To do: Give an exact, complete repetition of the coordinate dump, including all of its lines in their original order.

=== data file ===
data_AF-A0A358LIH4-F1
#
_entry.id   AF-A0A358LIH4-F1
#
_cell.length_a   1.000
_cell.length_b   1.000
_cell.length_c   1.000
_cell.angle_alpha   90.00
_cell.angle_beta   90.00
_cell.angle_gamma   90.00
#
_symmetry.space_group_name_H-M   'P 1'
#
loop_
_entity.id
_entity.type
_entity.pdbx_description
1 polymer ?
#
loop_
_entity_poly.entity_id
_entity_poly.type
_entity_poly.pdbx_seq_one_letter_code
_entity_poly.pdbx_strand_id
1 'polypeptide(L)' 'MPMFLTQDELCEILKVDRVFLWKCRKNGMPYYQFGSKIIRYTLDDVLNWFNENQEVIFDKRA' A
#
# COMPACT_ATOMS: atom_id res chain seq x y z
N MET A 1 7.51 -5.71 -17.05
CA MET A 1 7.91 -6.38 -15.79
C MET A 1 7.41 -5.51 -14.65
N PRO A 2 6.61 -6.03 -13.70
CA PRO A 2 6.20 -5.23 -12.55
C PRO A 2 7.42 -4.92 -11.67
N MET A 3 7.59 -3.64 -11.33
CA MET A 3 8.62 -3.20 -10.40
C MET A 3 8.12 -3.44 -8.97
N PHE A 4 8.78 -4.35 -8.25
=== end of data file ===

data_AF-A0A358LIH4-F1
#
_entry.id   AF-A0A358LIH4-F1
#
_cell.length_a   1.000
_cell.length_b   1.000
_cell.length_c   1.000
_cell.angle_alpha   90.00
_cell.angle_beta   90.00
_cell.angle_gamma   90.00
#
_symmetry.space_group_name_H-M   'P 1'
#
loop_
_entity.id
_entity.type
_entity.pdbx_description
1 polymer ?
#
loop_
_entity_poly.entity_id
_entity_poly.type
_entity_poly.pdbx_seq_one_letter_code
_entity_poly.pdbx_strand_id
1 'polypeptide(L)' 'MPMFLTQDELCEILKVDRVFLWKCRKNGMPYYQFGSKIIRYTLDDVLNWFNENQEVIFDKRA' A
#
# COMPACT_ATOMS: atom_id res chain seq x y z
N MET A 1 7.51 -5.71 -17.05
CA MET A 1 7.91 -6.38 -15.79
C MET A 1 7.41 -5.51 -14.65
N PRO A 2 6.61 -6.03 -13.70
CA PRO A 2 6.20 -5.23 -12.55
C PRO A 2 7.42 -4.92 -11.67
N MET A 3 7.59 -3.64 -11.33
CA MET A 3 8.62 -3.20 -10.40
C MET A 3 8.12 -3.44 -8.97
N PHE A 4 8.78 -4.35 -8.25